Air Belgium has been holding discussions with a new investor after turning in a full-year loss of €44.6 million ($49 million), nearly four times deeper than the previous deficit.

The airline’s auditor, Mazars, points out that cumulative losses have reached €91.6 million, and remarks that uncertainty exists which could present “significant doubt” over the company’s ability to continue operating.

Air Belgium underwent a capital increase in February last year, and certain shareholders granted loans of €7 million to the company in December.

The airline says it has entered discussions with new investors for a new capital hike, in order to strengthen equity. These talks resulted in a binding offer by a potential investor on 30 June.

Air Belgium believes it can return to profitability in the third quarter of this year as a result of the developments.

Air Belgium A330neo-c-Air Belgium

Source: Air Belgium

Air Belgium has faced strong competition on Caribbean routes

The carrier operates passenger services to holiday destinations including Mauritius and South Africa.

But it discontinued services to Caribbean locations in March this year because they were proving unprofitable, the result of French carriers being “extremely competitive” and offering fares nearly 50% lower.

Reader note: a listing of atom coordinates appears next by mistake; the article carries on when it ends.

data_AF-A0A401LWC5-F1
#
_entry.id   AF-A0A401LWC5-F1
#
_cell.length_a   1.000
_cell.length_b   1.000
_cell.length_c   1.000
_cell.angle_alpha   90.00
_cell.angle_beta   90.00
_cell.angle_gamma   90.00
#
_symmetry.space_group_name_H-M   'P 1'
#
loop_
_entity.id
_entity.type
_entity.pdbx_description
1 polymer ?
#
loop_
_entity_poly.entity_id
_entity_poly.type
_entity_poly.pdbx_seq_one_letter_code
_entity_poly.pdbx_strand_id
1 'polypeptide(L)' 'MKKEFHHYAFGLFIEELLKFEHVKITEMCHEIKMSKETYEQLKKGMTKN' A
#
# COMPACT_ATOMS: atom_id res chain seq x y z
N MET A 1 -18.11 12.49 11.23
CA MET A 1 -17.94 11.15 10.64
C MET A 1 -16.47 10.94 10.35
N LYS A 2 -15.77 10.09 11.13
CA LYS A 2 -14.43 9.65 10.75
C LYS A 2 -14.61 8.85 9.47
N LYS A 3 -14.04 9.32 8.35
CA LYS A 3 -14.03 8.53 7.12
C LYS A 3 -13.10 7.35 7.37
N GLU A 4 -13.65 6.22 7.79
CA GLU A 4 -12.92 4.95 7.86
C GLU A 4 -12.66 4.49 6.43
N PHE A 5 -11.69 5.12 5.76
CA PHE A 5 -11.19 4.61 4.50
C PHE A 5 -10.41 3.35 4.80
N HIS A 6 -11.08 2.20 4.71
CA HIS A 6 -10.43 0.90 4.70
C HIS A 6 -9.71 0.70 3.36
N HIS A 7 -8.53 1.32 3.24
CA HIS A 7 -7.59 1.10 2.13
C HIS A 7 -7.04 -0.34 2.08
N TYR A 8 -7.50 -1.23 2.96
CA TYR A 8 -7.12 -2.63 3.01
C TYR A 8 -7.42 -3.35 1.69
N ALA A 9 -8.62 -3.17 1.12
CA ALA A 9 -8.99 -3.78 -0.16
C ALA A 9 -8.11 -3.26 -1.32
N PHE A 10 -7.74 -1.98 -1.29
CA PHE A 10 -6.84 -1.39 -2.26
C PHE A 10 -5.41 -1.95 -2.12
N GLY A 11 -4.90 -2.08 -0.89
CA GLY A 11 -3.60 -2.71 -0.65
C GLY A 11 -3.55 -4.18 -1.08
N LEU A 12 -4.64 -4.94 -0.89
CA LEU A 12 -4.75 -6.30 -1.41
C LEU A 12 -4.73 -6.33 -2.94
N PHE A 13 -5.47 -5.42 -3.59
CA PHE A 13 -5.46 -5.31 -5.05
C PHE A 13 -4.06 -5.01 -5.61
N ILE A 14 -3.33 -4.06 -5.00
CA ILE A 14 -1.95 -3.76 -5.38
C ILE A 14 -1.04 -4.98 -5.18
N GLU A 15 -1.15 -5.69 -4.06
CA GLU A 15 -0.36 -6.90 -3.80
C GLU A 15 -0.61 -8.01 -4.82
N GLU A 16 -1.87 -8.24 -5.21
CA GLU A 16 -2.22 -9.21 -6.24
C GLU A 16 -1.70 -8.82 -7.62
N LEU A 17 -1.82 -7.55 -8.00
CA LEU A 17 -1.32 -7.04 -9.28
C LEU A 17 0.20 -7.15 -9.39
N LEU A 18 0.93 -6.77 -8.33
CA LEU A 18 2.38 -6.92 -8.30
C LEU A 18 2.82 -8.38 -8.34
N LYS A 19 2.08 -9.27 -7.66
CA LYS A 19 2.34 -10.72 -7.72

Air Belgium says the decision has freed aircraft capacity to allocate to its charter and wet-lease activities.

The carrier generated revenues of €228 million last year, up by 74%, through an increase in its passenger and freight transport.

But it states that the renewal of its fleet – the introduction of two Airbus A330-200s to replace A340-300s – was delayed by six months, to the fourth quarter of 2022, by the late arrival of the aircraft.

“The company missed the high summer season for [wet-lease],” it adds. Air Belgium’s passenger fleet comprises the two A330-200s and a pair of A330-900s.

It also generates revenues through freight transport. Air Belgium conducts wet-lease for logistics firm CMA-CGM and has four aircraft – two converted A330-200 freighters and two Boeing 747-8Fs – assigned to Chinese group Hongyuan.

The carrier says it experienced delays with the A330 and 747 freighter introductions, which had an impact on income.

Air Belgium’s board acknowledges the uncertainty over business continuity but says its actions to cut the least-profitable routes, review its passenger network, continue its cargo charter services and search for investors support treatment of the company as a going concern, particularly because it forecasts that July and August should be profitable months.